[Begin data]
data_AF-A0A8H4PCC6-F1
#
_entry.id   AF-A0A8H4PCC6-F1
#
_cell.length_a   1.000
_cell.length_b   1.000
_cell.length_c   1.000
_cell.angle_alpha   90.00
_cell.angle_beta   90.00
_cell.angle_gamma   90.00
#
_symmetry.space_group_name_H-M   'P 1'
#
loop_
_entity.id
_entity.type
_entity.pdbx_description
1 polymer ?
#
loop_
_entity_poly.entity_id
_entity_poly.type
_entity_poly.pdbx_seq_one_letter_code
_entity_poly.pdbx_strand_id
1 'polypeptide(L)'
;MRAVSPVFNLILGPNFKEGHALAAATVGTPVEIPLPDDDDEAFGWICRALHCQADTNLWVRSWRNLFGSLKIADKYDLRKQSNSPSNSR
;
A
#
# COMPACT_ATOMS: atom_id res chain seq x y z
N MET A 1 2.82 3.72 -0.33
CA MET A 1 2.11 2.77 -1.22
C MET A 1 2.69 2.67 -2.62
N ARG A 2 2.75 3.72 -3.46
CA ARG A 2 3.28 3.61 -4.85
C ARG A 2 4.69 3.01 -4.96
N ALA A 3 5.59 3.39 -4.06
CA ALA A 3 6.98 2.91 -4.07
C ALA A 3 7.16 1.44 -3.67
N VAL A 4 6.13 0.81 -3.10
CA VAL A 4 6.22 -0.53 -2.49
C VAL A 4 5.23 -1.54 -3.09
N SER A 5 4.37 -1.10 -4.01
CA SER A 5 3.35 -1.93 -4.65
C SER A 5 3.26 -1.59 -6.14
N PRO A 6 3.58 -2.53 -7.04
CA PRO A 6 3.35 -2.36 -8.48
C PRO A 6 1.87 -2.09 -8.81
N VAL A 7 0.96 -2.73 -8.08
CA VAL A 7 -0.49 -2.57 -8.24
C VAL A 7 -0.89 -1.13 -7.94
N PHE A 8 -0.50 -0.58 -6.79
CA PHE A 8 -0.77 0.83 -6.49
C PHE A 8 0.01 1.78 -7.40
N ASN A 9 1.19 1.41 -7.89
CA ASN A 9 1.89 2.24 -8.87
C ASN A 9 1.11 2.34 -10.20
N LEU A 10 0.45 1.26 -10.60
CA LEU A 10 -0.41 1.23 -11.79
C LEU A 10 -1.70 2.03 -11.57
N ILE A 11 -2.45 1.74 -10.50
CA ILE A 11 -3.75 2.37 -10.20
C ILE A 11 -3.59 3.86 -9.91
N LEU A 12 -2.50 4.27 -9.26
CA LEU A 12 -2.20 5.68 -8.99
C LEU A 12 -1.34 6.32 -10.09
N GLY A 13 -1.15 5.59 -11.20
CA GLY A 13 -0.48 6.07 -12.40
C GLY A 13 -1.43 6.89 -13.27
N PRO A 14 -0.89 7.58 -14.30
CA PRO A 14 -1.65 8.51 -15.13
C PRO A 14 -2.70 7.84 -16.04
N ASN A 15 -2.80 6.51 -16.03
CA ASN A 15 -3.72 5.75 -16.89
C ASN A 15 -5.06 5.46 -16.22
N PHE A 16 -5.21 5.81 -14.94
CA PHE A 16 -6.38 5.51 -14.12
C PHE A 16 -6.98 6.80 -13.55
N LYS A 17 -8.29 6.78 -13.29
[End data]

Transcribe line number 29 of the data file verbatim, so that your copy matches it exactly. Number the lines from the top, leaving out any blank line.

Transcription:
#